DARMSTADT, Germany -- In the last ten years, scientists have set up a global observing system to monitor the world's oceans. The observation system works by combining satellite observations with data from in-water recording devices such as buoys, tide gauges and an array of more than 3000 Argo robots.
Now the initial system is up and running, scientists are meeting next week at OceanObs’09 in Venice (21-25 September) to see how they can expand the system and, perhaps most importantly, secure it for the long term.
OceanObs ‘09 is organized by UNESCO’s Intergovernmental Oceanographic Commission and the European Space Agency (ESA) and will be attended by EUMETSAT and over 580 participants from 36 countries.
EUMETSAT's role in ocean observations is to establish, maintain and use European systems of operational meteorological satellites, contribute to the operational monitoring of the climate and the oceans - for instance monitoring sea level rise with the Jason 2 altimetry satellite - and establish new ocean-monitoring missions, such as Jason 3.
So how does the ocean observing system operate?
In the water, recording devices such as tide gauges, mooring buoys, and drifting buoys, monitor aspects of the sea such as tides, water temperature, and currents. Over the last 10 years, scientists have also dropped more than 3000 Argo robots into the sea, and these robots are now methodically rising and falling around the world’s oceans recording temperature and salinity profiles, and transmitting this data via satellite back to scientists every ten days. The Argo robots are also joined by pilot-less ocean gliders which bristle with recording instruments and soar and glide through the oceans - sometimes down to depths of 6 km - collecting data.
Joining the gliders, scientists have also sporadically enlisted the help of marine animals, such as elephant seals, by attaching miniature data loggers to record the temperature, salinity and depth conditions they experience on their daily travels. And even ships and ferries are playing a part in monitoring the ocean, as boats on regular passage around the world tow plankton recorders or pipe-in water to sophisticated on-board FerryBox systems, which are like mini oceanographic laboratories.
All this data from the in-water samplers – so called in situ data - provides the detail on conditions in specific locations, but for the big picture of what is happening in the oceans, scientists are relying on satellites. One of the key tools in understanding issues such as global sea level rise is the Jason 2 satellite, operated by EUMETSAT, whose onboard altimeter scans the world’s oceans, recording global sea level to the nearest cm. When this information is combined with information from satellite-based gravity measurements, tide gauges, Argo floats and other devices, it gives scientists the ability to precisely monitor global sea levels. Satellites are also monitoring a host of other ocean variables - from sea surface temperature, to wind, ocean colour and sea ice cover.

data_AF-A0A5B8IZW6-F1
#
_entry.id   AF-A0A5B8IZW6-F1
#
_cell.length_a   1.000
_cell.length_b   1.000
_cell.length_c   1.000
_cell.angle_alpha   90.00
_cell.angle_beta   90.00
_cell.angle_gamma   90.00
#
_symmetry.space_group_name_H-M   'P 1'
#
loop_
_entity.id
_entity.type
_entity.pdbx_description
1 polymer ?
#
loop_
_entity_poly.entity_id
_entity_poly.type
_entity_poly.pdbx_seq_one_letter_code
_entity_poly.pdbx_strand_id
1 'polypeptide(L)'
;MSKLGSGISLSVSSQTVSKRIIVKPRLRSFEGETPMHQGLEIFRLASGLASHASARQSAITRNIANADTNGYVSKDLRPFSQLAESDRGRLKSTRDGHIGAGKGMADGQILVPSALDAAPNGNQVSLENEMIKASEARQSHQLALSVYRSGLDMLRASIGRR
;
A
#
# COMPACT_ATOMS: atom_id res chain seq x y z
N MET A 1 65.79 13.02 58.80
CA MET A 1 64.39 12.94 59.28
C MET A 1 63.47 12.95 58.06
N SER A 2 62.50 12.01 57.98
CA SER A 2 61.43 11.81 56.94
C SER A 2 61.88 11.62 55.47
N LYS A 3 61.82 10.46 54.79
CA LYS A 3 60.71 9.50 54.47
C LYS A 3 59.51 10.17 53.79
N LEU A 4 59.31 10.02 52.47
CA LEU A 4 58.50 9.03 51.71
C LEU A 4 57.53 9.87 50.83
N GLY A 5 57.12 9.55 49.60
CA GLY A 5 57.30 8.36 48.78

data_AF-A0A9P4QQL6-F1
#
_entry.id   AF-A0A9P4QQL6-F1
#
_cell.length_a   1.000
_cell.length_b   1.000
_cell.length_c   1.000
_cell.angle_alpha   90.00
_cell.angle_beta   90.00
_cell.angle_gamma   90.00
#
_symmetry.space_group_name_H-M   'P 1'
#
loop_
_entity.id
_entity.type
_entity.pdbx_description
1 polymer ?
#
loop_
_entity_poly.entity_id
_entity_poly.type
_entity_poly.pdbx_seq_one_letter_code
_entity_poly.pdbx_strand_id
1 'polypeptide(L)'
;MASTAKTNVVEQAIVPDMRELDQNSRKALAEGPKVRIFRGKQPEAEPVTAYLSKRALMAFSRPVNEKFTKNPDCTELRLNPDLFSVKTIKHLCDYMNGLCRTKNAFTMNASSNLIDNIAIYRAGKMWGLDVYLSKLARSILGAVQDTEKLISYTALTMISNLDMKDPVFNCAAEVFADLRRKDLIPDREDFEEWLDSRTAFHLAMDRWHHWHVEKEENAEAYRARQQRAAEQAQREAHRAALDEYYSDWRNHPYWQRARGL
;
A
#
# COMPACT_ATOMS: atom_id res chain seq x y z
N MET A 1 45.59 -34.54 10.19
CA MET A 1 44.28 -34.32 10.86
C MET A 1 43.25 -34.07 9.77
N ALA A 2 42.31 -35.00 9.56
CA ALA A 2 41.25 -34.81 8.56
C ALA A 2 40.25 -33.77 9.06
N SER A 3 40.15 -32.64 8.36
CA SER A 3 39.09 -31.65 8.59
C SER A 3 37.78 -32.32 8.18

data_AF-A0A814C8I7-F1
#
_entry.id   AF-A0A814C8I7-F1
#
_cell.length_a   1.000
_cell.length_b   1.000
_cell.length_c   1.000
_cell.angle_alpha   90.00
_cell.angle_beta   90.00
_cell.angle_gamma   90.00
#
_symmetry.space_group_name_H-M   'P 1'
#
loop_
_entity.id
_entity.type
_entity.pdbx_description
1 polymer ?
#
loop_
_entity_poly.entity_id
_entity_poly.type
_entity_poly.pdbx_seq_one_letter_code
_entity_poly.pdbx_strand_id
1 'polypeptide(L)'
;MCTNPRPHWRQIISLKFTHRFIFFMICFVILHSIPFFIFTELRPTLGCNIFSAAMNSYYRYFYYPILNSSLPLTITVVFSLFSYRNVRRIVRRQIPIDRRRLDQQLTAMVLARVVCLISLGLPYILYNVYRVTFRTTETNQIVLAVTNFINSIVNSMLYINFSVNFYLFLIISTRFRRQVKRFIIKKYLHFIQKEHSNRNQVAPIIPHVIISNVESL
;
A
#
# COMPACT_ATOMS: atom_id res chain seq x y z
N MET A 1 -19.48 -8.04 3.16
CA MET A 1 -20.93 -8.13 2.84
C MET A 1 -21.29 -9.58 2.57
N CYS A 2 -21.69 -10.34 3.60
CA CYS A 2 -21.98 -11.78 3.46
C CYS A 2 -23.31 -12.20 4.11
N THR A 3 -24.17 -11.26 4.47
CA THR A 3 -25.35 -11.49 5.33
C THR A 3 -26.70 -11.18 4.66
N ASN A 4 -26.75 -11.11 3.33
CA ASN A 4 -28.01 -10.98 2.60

One of the most important features of any ocean observing system is that it must be a long-term system if changes are to be understood in the right context. As an example, satellite monitoring of sea levels began in 1992 with the launch of the TOPEX/Poseidon satellite, which was followed by Jason 1 (2001), Envisat (2002) and more recently Jason 2 (2008), which will be joined in 2012 by Sentinel-3, another satellite carrying altimetry equipment.
Dr Hans Bonekamp, Ocean Mission Scientist at EUMETSAT said: “The long-term datasets on sea levels that the satellite altimeters are collecting are enabling scientists to establish how sea levels have changed in the last two decades and understand the effects of global warming at regional and global levels.”
Making sure the existing ocean observation system, both satellite and in situ data, is sustainable in the long-term is one of the key aims of Oceanobs’09, where the ocean observing community will take stock of progress to date and map out the priorities for the next decade - a task that is unlikely to be easy in the current financial climate.
But the benefits that an operational ocean observing system will bring, are an extremely strong justification: the system is already providing data for the International Panel on Climate Change assessments, and it will also provide better data for maritime security, oil spill prevention, management of marine resources, marine meteorology, seasonal and long term weather forecasting, coastal activities, and monitoring of water quality.
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